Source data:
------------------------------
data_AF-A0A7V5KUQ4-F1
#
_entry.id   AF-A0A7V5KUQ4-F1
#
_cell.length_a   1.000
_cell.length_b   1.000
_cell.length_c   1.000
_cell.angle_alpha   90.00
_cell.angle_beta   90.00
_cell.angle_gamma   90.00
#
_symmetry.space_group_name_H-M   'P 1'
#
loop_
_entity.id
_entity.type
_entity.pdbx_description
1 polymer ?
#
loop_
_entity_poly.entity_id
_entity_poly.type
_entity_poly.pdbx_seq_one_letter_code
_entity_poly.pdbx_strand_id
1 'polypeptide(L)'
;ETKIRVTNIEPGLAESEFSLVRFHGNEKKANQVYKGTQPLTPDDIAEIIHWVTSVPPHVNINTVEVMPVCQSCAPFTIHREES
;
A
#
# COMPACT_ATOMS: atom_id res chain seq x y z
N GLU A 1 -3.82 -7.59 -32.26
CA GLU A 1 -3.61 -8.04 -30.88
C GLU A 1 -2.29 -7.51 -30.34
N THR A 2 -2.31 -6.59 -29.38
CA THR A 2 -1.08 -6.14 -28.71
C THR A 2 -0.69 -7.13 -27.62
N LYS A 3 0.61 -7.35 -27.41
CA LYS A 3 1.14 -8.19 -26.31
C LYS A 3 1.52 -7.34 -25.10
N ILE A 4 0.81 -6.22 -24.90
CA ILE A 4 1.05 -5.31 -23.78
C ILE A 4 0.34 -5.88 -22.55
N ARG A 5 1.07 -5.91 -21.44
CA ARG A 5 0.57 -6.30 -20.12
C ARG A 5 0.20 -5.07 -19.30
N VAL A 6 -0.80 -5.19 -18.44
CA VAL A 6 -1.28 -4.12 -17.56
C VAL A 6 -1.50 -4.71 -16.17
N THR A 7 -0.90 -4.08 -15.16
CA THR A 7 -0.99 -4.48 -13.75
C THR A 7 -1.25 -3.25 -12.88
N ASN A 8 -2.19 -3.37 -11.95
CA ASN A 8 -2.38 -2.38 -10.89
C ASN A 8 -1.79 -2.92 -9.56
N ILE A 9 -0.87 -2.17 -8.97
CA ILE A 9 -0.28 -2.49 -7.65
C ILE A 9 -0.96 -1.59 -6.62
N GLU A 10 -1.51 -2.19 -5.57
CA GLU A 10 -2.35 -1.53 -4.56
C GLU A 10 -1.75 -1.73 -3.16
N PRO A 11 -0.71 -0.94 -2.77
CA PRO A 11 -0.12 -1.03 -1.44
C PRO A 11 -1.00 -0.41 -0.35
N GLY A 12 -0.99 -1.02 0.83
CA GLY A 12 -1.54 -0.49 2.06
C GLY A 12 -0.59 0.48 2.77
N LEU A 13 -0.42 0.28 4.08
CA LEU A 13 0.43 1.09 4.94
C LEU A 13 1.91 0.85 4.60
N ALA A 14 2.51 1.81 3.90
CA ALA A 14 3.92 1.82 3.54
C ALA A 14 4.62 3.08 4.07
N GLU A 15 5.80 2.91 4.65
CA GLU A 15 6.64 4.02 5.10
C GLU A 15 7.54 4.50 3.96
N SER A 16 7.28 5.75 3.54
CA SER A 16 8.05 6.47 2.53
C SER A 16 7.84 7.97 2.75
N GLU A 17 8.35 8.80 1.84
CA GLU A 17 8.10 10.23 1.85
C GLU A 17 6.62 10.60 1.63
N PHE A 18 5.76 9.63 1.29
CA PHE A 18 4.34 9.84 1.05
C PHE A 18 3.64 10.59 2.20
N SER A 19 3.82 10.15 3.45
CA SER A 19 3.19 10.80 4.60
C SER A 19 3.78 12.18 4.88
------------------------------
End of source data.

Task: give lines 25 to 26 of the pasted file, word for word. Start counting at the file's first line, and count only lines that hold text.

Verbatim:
1 'polypeptide(L)'
;ETKIRVTNIEPGLAESEFSLVRFHGNEKKANQVYKGTQPLTPDDIAEIIHWVTSVPPHVNINTVEVMPVCQSCAPFTIHREES